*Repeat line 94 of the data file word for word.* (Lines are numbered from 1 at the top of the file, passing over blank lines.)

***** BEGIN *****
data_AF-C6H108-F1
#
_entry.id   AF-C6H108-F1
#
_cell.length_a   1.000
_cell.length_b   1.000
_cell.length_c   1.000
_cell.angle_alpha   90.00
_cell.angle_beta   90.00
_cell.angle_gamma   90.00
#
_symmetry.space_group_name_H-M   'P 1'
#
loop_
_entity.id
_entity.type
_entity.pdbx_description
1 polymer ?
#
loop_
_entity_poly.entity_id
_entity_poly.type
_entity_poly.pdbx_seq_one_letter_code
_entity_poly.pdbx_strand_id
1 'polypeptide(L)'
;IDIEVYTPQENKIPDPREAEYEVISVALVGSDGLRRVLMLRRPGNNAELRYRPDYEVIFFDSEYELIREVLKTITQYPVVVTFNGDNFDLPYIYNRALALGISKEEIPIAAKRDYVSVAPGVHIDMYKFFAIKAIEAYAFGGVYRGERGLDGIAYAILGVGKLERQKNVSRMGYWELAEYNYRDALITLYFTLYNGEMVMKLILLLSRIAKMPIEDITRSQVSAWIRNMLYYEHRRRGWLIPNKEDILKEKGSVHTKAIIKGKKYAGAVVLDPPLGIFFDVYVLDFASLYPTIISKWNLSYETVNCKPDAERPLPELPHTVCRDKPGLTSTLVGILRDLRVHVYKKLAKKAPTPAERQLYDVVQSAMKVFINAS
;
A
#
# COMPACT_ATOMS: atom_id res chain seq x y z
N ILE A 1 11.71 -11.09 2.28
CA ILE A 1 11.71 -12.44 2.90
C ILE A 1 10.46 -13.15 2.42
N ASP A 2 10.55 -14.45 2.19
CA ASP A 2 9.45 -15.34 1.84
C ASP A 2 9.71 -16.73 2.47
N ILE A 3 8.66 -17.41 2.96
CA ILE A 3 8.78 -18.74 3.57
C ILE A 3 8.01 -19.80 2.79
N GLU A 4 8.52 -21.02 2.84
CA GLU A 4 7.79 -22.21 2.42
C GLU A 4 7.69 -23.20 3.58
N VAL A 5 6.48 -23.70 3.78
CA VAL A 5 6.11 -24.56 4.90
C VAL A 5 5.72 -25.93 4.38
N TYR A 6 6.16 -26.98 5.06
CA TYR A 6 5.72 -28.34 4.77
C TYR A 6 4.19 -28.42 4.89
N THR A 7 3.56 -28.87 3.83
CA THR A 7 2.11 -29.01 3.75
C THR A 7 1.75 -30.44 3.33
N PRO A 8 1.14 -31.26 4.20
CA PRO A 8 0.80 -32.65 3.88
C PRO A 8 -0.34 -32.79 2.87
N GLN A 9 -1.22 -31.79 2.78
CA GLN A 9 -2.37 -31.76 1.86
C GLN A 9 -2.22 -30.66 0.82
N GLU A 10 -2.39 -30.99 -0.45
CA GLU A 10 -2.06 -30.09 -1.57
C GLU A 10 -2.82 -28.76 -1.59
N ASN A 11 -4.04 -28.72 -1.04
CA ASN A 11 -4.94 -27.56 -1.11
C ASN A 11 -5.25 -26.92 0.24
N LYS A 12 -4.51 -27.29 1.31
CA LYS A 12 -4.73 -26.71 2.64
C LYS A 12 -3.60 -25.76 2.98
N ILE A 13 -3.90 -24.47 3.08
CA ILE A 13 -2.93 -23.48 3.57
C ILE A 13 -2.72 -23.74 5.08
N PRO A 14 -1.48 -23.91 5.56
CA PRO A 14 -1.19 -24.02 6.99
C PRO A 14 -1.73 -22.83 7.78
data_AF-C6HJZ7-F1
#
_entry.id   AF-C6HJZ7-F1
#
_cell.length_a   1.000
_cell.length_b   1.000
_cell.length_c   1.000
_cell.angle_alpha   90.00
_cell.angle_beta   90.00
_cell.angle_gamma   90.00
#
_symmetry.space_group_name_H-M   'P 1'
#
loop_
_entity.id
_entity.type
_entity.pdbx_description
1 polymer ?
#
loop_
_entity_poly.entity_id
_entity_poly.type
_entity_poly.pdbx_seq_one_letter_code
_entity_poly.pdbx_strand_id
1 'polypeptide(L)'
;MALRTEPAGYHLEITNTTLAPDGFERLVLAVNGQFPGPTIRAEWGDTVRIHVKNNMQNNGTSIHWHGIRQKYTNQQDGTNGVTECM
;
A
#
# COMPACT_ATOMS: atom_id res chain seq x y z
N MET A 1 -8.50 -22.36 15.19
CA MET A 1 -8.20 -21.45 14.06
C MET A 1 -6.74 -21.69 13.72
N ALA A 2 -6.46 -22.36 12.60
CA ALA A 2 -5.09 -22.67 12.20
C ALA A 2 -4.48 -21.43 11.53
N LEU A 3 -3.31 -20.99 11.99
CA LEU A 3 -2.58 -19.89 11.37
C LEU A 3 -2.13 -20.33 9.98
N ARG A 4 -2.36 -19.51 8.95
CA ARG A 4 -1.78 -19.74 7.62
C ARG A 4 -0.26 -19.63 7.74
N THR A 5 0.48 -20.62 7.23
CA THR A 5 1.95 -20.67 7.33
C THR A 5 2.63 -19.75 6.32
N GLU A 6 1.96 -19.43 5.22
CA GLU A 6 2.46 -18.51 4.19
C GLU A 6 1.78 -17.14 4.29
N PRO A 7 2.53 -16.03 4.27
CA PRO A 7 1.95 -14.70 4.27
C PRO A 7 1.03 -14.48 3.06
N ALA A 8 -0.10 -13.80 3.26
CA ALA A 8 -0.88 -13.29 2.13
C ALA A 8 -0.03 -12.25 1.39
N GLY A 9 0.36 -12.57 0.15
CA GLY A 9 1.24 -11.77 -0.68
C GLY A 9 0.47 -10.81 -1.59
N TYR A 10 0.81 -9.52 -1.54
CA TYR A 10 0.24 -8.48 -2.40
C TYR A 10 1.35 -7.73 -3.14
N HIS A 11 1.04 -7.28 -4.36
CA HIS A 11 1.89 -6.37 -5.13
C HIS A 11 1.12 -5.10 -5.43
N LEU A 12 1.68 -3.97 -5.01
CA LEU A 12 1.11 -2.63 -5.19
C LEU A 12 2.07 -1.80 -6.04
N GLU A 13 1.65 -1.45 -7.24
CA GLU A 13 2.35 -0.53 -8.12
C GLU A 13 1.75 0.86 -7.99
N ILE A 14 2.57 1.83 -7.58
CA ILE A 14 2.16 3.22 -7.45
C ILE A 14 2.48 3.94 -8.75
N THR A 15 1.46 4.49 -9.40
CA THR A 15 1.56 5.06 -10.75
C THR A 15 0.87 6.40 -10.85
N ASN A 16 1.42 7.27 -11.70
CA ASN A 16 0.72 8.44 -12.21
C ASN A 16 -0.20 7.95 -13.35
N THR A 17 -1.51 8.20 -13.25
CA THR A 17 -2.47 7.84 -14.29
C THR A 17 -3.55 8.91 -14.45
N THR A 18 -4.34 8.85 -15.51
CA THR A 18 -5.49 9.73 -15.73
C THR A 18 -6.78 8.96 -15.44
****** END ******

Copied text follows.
_entity_poly.type